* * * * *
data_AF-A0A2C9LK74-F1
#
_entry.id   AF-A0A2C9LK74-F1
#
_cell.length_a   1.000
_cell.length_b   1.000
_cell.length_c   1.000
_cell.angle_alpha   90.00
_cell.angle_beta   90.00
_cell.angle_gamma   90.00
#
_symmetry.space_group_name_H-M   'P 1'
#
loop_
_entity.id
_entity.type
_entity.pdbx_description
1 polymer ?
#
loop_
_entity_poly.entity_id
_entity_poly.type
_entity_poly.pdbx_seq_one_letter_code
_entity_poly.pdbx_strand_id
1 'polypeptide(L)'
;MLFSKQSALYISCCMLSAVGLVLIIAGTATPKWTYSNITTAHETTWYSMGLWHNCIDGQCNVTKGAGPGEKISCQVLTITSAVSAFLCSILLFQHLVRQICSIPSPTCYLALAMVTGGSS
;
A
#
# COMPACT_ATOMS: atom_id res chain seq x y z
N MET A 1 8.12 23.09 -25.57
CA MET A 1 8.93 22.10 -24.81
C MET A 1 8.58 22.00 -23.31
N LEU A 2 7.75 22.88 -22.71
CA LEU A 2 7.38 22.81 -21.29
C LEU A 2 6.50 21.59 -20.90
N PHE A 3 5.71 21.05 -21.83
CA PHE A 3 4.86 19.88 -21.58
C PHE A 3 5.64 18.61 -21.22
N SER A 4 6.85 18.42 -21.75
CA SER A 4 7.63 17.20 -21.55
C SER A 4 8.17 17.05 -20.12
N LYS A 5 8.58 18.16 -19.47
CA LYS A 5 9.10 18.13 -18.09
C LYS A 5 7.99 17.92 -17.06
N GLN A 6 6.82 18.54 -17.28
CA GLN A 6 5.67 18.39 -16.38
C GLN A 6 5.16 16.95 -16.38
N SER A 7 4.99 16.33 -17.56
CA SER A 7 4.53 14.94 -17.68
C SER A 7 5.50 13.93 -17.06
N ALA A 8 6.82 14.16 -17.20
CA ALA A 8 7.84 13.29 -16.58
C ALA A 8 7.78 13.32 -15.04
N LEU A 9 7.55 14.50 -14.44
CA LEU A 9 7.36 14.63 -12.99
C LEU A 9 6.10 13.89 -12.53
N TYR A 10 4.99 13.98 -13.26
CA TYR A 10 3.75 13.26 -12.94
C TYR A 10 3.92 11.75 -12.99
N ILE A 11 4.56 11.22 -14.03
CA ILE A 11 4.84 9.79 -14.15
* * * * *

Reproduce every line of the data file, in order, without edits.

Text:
data_AF-A0A2C9LK74-F1
#
_entry.id   AF-A0A2C9LK74-F1
#
_cell.length_a   1.000
_cell.length_b   1.000
_cell.length_c   1.000
_cell.angle_alpha   90.00
_cell.angle_beta   90.00
_cell.angle_gamma   90.00
#
_symmetry.space_group_name_H-M   'P 1'
#
loop_
_entity.id
_entity.type
_entity.pdbx_description
1 polymer ?
#
loop_
_entity_poly.entity_id
_entity_poly.type
_entity_poly.pdbx_seq_one_letter_code
_entity_poly.pdbx_strand_id
1 'polypeptide(L)'
;MLFSKQSALYISCCMLSAVGLVLIIAGTATPKWTYSNITTAHETTWYSMGLWHNCIDGQCNVTKGAGPGEKISCQVLTITSAVSAFLCSILLFQHLVRQICSIPSPTCYLALAMVTGGSS
;
A
#
# COMPACT_ATOMS: atom_id res chain seq x y z
N MET A 1 8.12 23.09 -25.57
CA MET A 1 8.93 22.10 -24.81
C MET A 1 8.58 22.00 -23.31
N LEU A 2 7.75 22.88 -22.71
CA LEU A 2 7.38 22.81 -21.29
C LEU A 2 6.50 21.59 -20.90
N PHE A 3 5.71 21.05 -21.83
CA PHE A 3 4.86 19.88 -21.58
C PHE A 3 5.64 18.61 -21.22
N SER A 4 6.85 18.42 -21.75
CA SER A 4 7.63 17.20 -21.55
C SER A 4 8.17 17.05 -20.12
N LYS A 5 8.58 18.16 -19.47
CA LYS A 5 9.10 18.13 -18.09
C LYS A 5 7.99 17.92 -17.06
N GLN A 6 6.82 18.54 -17.28
CA GLN A 6 5.67 18.39 -16.38
C GLN A 6 5.16 16.95 -16.38
N SER A 7 4.99 16.33 -17.56
CA SER A 7 4.53 14.94 -17.68
C SER A 7 5.50 13.93 -17.06
N ALA A 8 6.82 14.16 -17.20
CA ALA A 8 7.84 13.29 -16.58
C ALA A 8 7.78 13.32 -15.04
N LEU A 9 7.55 14.50 -14.44
CA LEU A 9 7.36 14.63 -12.99
C LEU A 9 6.10 13.89 -12.53
N TYR A 10 4.99 13.98 -13.26
CA TYR A 10 3.75 13.26 -12.94
C TYR A 10 3.92 11.75 -12.99
N ILE A 11 4.56 11.22 -14.03
CA ILE A 11 4.84 9.79 -14.15